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  • Research article
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Prevalence, risk factors, and medical costs of Chlamydia trachomatis infections in Shandong Province, China: a population-based, cross-sectional study

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BMC Infectious Diseases201818:534

https://doi.org/10.1186/s12879-018-3432-y

  • Received: 23 June 2018
  • Accepted: 3 October 2018
  • Published:
Open Peer Review reports

Abstract

Background

A population-based study of Chlamydia trachomatis (CT) infections is essential in designing a specific control program; however, no large investigation of CT infections among the general population in mainland China has been conducted since 2000. We aimed to determine the prevalence, risk factors, and associated medical costs of CT among residents, 18–49 years of age, in Shandong, China.

Methods

From May to August 2016, a multistage probability sampling survey involving 8074 individuals was distributed. Data were collected via face-to-face interviews, followed by self-administered questionnaire surveys. First-void urines were collected and tested for CT and Neisseria gonorrhoeae (NG) using nucleic acid amplification.

Results

The weighted prevalence of CT infection was 2.3% (95% confidence interval [CI], 1.5–3.2) in females and 2.7% (1.6–3.8) in males. Women, 30–34 years of age, had the highest prevalence of CT infections (3.5%, 2.6–4.4), while the highest prevalence of CT infections in males was in those 18–24 years of age (4.3%, 0.0–8.8). Neisseria gonorrhoeae infection had a prevalence of 0.1% (0.0–0.3) in women and 0.03% (0.0–0.1) in men. Risk factors for CT infections among females included being unmarried, divorced, or widowed (odds ratio [OR], 95% CI 3.57, 1.54–8.24) and having two or more lifetime sex partners (3.72, 1.14–12.16). Among males, first intercourse before 20 years of age (1.83, 1.10–3.02) and having two or more lifetime sex partners (1.85, 1.14–3.02) were associated with CT infections. The estimated lifetime cost of CT infections in patients 18–49 years of age in Shandong was 273 million (range, 172–374 million) China Renminbi in 2016.

Conclusions

This study demonstrated a high burden of CT infections among females < 35 years of age and males < 25 years of age in Shandong. Thus, a CT infection control program should focus on this population, as well as others with identified risk factors.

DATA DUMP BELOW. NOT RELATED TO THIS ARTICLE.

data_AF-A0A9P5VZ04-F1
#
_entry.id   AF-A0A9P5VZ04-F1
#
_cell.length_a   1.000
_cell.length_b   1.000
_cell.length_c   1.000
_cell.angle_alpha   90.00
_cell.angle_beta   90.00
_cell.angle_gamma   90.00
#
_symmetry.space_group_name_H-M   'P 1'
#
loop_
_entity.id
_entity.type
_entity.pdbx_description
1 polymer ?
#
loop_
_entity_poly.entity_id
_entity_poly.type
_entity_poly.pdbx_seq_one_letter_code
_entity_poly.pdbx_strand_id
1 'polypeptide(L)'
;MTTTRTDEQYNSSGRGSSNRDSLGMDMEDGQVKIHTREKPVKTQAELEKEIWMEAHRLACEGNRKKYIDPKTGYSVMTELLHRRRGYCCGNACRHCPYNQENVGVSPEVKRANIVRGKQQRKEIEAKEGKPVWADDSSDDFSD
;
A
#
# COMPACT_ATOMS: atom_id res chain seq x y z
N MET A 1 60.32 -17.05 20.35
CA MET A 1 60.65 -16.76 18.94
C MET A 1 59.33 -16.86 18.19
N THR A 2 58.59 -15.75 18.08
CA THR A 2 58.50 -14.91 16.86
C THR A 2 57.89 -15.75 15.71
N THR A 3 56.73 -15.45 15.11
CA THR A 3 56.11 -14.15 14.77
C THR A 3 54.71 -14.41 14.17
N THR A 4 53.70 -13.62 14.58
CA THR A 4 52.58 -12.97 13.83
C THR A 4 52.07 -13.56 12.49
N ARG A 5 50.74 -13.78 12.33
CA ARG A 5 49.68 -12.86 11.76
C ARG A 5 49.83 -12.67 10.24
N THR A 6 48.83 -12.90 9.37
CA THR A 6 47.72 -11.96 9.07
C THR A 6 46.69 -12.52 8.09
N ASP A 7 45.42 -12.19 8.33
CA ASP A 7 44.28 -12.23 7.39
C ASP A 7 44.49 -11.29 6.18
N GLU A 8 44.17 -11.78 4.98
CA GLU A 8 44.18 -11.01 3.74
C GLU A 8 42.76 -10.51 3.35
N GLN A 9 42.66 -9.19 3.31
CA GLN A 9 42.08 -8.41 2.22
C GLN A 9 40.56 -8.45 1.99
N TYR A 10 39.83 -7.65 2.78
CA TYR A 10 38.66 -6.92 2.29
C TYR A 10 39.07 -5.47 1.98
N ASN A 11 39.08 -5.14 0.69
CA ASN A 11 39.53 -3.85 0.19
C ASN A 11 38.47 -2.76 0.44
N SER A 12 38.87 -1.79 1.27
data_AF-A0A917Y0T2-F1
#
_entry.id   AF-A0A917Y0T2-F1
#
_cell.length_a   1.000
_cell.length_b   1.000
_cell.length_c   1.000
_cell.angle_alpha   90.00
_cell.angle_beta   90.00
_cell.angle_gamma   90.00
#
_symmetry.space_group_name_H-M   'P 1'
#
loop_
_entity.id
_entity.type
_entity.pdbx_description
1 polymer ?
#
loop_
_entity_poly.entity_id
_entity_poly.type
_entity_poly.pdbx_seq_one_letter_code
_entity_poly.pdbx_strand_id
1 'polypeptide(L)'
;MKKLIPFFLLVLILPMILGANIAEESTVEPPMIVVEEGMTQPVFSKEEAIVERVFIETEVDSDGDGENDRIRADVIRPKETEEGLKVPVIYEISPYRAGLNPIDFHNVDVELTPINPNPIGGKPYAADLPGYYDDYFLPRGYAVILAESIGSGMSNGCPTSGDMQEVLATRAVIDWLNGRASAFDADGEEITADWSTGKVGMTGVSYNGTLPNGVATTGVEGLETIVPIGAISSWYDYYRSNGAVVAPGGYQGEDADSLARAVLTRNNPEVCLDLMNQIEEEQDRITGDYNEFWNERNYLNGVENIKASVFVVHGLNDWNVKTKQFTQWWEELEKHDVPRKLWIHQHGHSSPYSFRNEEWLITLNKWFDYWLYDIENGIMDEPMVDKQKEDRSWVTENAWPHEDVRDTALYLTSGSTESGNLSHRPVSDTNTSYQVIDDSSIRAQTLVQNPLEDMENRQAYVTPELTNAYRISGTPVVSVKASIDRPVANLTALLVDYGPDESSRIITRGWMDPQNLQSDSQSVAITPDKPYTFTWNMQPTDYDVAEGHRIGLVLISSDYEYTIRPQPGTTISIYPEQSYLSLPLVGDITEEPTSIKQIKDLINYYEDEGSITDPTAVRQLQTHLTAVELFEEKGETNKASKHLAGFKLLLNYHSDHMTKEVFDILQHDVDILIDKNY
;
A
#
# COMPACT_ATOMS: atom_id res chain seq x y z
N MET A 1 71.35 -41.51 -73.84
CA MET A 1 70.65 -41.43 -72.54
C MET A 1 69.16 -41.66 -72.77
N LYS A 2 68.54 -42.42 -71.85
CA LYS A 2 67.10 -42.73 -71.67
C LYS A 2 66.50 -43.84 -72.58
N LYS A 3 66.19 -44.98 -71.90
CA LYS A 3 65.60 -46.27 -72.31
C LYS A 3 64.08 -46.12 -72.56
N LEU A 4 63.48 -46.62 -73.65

Keywords

  • Chlamydia trachomatis
  • Neisseria gonorrhea
  • Prevalence
  • Risk factor
  • Medical cost
  • General population
  • China

Background

Chlamydia trachomatis (CT) is the most commonly diagnosed bacterial sexually transmitted infection (STI) worldwide [1]. According to the 2015 global STI surveillance report from the World Health Organization (WHO), global estimates of new CT infections in 2012 were approximately 131 million [2]. Legally notifiable STIs, such as syphilis and HIV, have increased significantly in China from 2004 to 2013, with annual percentage changes of 16.3% for both STIs [3]; however, little information is available regarding the incidence or prevalence of CT infections among the general population in mainland China over the past decade. The current estimated burden of CT infections in China is based primarily on national or regional STIs surveillance sites; however, surveillance data does not measure the true burden of CT infections among the general population because infections are often asymptomatic and undiagnosed. Furthermore, the reported data are frequently misclassified or duplicated [4, 5]. A population-based survey of STIs provided an estimate of the prevalence, determinants, and economic burden of CT infections, which facilitate the design and delivery of a CT infection control program [4]. Because the first national population-based CT infection investigation conducted in China was in 1999–2000, more than 18 years ago, the information for CT infection control and prevention strategies is outdated [6]. Another population-based CT infection survey was conducted in Shanxi Province of China in 2004, but the sample size was small (n = 399) [7]. Therefore, a population-based CT infection study with a large sample size is needed in China.